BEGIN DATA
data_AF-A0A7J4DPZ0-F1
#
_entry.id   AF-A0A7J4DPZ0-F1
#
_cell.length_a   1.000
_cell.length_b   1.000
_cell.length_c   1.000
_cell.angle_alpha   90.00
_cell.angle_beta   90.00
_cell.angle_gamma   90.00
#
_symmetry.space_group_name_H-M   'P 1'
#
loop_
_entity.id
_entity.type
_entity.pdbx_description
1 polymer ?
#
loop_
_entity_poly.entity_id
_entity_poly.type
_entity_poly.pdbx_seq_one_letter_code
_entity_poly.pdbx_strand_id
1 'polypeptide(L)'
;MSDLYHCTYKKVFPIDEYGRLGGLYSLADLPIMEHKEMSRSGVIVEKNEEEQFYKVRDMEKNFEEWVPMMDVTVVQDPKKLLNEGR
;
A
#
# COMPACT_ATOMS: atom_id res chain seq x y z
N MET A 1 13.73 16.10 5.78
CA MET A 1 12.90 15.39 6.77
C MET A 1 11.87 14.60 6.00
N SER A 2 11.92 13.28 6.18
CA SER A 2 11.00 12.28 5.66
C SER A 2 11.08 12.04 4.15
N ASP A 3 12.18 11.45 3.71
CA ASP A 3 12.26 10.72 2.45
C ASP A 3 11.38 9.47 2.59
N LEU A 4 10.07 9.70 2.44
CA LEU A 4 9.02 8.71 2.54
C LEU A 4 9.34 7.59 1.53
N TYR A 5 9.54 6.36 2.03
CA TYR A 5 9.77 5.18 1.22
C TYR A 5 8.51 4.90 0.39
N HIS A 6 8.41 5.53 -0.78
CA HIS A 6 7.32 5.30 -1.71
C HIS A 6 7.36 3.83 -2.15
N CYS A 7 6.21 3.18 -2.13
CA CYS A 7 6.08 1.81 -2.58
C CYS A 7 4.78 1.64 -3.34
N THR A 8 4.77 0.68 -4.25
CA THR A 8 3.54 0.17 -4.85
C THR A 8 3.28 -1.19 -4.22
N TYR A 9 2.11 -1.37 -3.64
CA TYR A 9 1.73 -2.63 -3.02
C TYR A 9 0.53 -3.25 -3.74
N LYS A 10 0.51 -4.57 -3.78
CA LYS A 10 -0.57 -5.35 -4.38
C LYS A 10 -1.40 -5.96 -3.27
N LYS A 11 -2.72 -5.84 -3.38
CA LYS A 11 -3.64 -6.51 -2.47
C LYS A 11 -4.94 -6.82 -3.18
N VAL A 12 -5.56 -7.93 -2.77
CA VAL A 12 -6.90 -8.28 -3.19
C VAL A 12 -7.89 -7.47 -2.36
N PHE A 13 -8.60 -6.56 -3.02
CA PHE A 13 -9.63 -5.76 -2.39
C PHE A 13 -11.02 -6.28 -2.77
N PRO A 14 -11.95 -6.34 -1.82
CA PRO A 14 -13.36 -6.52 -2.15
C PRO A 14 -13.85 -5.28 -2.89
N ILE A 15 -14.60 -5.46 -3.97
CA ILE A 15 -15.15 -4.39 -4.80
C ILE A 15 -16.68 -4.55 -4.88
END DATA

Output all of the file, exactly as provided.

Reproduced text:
data_AF-A0A7J4DPZ0-F1
#
_entry.id   AF-A0A7J4DPZ0-F1
#
_cell.length_a   1.000
_cell.length_b   1.000
_cell.length_c   1.000
_cell.angle_alpha   90.00
_cell.angle_beta   90.00
_cell.angle_gamma   90.00
#
_symmetry.space_group_name_H-M   'P 1'
#
loop_
_entity.id
_entity.type
_entity.pdbx_description
1 polymer ?
#
loop_
_entity_poly.entity_id
_entity_poly.type
_entity_poly.pdbx_seq_one_letter_code
_entity_poly.pdbx_strand_id
1 'polypeptide(L)'
;MSDLYHCTYKKVFPIDEYGRLGGLYSLADLPIMEHKEMSRSGVIVEKNEEEQFYKVRDMEKNFEEWVPMMDVTVVQDPKKLLNEGR
;
A
#
# COMPACT_ATOMS: atom_id res chain seq x y z
N MET A 1 13.73 16.10 5.78
CA MET A 1 12.90 15.39 6.77
C MET A 1 11.87 14.60 6.00
N SER A 2 11.92 13.28 6.18
CA SER A 2 11.00 12.28 5.66
C SER A 2 11.08 12.04 4.15
N ASP A 3 12.18 11.45 3.71
CA ASP A 3 12.26 10.72 2.45
C ASP A 3 11.38 9.47 2.59
N LEU A 4 10.07 9.70 2.44
CA LEU A 4 9.02 8.71 2.54
C LEU A 4 9.34 7.59 1.53
N TYR A 5 9.54 6.36 2.03
CA TYR A 5 9.77 5.18 1.22
C TYR A 5 8.51 4.90 0.39
N HIS A 6 8.41 5.53 -0.78
CA HIS A 6 7.32 5.30 -1.71
C HIS A 6 7.36 3.83 -2.15
N CYS A 7 6.21 3.18 -2.13
CA CYS A 7 6.08 1.81 -2.58
C CYS A 7 4.78 1.64 -3.34
N THR A 8 4.77 0.68 -4.25
CA THR A 8 3.54 0.17 -4.85
C THR A 8 3.28 -1.19 -4.22
N TYR A 9 2.11 -1.37 -3.64
CA TYR A 9 1.73 -2.63 -3.02
C TYR A 9 0.53 -3.25 -3.74
N LYS A 10 0.51 -4.57 -3.78
CA LYS A 10 -0.57 -5.35 -4.38
C LYS A 10 -1.40 -5.96 -3.27
N LYS A 11 -2.72 -5.84 -3.38
CA LYS A 11 -3.64 -6.51 -2.47
C LYS A 11 -4.94 -6.82 -3.18
N VAL A 12 -5.56 -7.93 -2.77
CA VAL A 12 -6.90 -8.28 -3.19
C VAL A 12 -7.89 -7.47 -2.36
N PHE A 13 -8.60 -6.56 -3.02
CA PHE A 13 -9.63 -5.76 -2.39
C PHE A 13 -11.02 -6.28 -2.77
N PRO A 14 -11.95 -6.34 -1.82
CA PRO A 14 -13.36 -6.52 -2.15
C PRO A 14 -13.85 -5.28 -2.89
N ILE A 15 -14.60 -5.46 -3.97
CA ILE A 15 -15.15 -4.39 -4.80
C ILE A 15 -16.68 -4.55 -4.88